• Time to purchase with shopping session analytics

To find the reports, go to the Conversions tab of the main menu and choose Goals or E-commerce. Ecommerce analytics require some additional setup, but are still easy to do.

Ecommerce Overview in Google AnalyticsThe conversion rate is 0.15%. Looks like this business needs some drastic CRO.

3 Tips on how to optimize the conversion rate

Conversion optimization is an evergreen topic. Just Google it, and you’ll find lots of best practices and endless lists of tips. Good news: we’ve analyzed all of them for you and squeezed them into three main categories. Here they are:

Tip #1. Increase the attractiveness of your website and offers

The main reason people come to your store is the product and the value it brings. That’s why you have to make sure that your offer is a blast in terms of price, quality, and service.

For this purpose, do market analysis on a regular basis. Watch your competitors, collect feedback from your customers, look for technological and UX trends, and change for the better.

Here are some questions you might ask yourself in the process:

  • Are the prices compelling and offers relevant?
  • Is the shipping and refund policy competitive?
  • Is there enough info about product availability and sizes?
  • Are there enough product reviews and social proof elements?
  • Do the product images look sexy?

In our opinion, the most impactful improvements that affect the CR are related to product attributes and the overall shopping service you provide. Tweaking your website UI and UX can be helpful, but the impact on the CR will be minimal compared to introducing additional perks like free shipping. Though costly, the latter has become the industry standard, thanks to Amazon. By not tracking such emerging trends, you’ll be significantly lagging behind.

Tip #2. Break down the barriers on the way to purchase

This part is mainly about analyzing the customer’s journey on the website, identifying the bottlenecks, and eliminating them. For example, one of the highest barriers for any first-time shopper is money loss due to fraud. You can tackle it by:

  • Showing safety seals to prove that your website is secure;
  • Posting credible reviews and rankings by 3rd parties;
  • Offering discounts and vouchers for the first purchase.

To create a list of hypotheses regarding possible barriers, answer these questions:

  • Is it quick and easy to navigate to product pages?
  • Do the pages load fast enough?
  • Is the checkout process quick and smooth?
  • Is your platform mobile-friendly?
  • Are the payments secure, and is it clear that they are?

Some of the improvements driven by these questions can help you increase the conversion rate right away. For example, if you find that most people bounce from your mobile version, enhancing its usability can boost the CR dramatically.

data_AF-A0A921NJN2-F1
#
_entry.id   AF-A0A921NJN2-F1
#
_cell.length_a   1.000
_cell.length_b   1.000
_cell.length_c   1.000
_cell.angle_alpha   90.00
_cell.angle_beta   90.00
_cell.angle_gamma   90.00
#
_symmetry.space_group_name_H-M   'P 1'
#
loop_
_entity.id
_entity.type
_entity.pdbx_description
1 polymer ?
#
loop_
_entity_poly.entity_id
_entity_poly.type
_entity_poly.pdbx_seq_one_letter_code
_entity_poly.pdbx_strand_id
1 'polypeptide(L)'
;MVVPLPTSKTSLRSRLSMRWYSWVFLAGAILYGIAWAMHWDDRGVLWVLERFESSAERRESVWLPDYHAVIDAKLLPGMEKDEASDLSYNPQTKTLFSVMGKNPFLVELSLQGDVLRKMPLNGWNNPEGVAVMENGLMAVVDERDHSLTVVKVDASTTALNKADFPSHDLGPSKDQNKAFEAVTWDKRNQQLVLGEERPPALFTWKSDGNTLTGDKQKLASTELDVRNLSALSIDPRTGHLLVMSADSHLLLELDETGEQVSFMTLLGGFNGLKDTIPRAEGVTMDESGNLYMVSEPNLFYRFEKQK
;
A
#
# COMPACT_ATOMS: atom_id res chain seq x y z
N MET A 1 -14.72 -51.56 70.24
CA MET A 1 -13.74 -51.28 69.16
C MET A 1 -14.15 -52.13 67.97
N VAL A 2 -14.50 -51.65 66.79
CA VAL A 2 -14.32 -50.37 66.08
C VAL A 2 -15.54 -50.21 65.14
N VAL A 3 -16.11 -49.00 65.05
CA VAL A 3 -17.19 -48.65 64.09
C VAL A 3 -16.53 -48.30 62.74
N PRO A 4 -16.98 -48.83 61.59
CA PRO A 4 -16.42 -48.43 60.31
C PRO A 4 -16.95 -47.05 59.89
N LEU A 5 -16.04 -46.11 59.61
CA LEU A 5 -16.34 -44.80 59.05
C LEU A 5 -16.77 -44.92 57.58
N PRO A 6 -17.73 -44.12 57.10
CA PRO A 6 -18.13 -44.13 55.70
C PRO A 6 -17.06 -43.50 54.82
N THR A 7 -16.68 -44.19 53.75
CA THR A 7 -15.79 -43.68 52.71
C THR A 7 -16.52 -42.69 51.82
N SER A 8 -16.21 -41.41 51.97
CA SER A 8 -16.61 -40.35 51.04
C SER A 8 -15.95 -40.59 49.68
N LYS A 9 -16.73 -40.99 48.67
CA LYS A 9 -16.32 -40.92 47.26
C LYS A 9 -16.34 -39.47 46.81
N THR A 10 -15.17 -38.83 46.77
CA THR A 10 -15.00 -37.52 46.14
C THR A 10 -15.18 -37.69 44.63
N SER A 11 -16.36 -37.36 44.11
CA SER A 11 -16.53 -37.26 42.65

Another low-hanging fruit is website speed optimization. According to a study conducted by Portent, the first 5 seconds of page load time have a major impact on conversion rates: to convert better, you need to achieve 0-4 seconds average page load time.

Boosting a website’s speed is quite a challenge and can consume lots of time and effort, if done manually. You’ll have to optimize visual content and avoid bulky scripts to make your service lightweight and fast.

That can seem like a nightmare for a media-heavy ecommerce platform with thousands of pics and product videos. But there are already no-code services out there like Uploadcare that can automate the image optimization routine. Ready-to-integrate, they slash your traffic and bandwidth usage right away, increasing page load speed and CR.

Tip #3. Create an environment for constant improvement

The farther you go, the thicker the trees: every hypothesis checked will lead you to a number of new ones, so you’re facing a continuous process. To manage it, you’ll need an absolute commitment and some resources. So, before you start any CRO initiative, answer these questions:

  • Do I have time and/or people to go down this road?
  • Can I afford to invest in experiments or outsourced CRO?
  • Do I have enough data to analyze and draw conclusions from?
  • Does the cost of CRO look okay in my unit economics?

If the answer to any of these questions is “no,” think twice. Maybe CRO isn’t exactly what you need at the present moment.

Wrapping it up

Ecommerce conversion rate is a metric that shows how many people make a transaction on your platform. CR is a great indicator of the overall performance of your store and is directly linked to revenue. That’s why a conversion rate optimization (CRO) strategy should be put in place or at least considered in line with other strategies aimed at boosting your commercial success.

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← Part 3. The number of active customers | Part 5. Technology costs →

Infrastructure for user images, videos & documents